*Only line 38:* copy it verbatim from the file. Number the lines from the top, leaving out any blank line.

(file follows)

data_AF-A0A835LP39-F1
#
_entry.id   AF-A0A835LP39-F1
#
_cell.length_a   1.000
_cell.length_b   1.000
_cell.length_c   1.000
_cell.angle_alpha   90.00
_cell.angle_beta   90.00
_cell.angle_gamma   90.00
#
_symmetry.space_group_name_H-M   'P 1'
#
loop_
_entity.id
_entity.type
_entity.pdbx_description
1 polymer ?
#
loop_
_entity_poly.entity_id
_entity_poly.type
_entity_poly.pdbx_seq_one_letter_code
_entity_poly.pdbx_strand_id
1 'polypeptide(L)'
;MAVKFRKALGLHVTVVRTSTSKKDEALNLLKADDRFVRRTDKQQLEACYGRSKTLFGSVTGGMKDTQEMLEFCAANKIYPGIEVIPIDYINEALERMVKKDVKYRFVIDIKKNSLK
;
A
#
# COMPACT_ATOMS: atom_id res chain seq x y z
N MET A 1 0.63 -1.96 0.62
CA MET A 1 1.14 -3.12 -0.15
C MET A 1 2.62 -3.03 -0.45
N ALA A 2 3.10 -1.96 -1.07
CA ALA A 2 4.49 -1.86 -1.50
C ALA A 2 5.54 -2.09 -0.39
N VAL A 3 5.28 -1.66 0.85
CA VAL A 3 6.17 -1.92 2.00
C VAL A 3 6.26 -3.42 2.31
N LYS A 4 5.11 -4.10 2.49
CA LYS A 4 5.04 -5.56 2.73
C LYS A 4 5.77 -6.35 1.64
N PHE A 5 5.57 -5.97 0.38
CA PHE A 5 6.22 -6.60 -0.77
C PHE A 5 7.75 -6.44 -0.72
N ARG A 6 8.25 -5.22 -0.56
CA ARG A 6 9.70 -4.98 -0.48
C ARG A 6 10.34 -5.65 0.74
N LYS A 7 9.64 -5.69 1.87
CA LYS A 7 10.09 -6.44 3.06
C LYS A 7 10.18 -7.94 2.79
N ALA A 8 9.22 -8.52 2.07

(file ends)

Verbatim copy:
CA VAL A 3 6.17 -1.92 2.00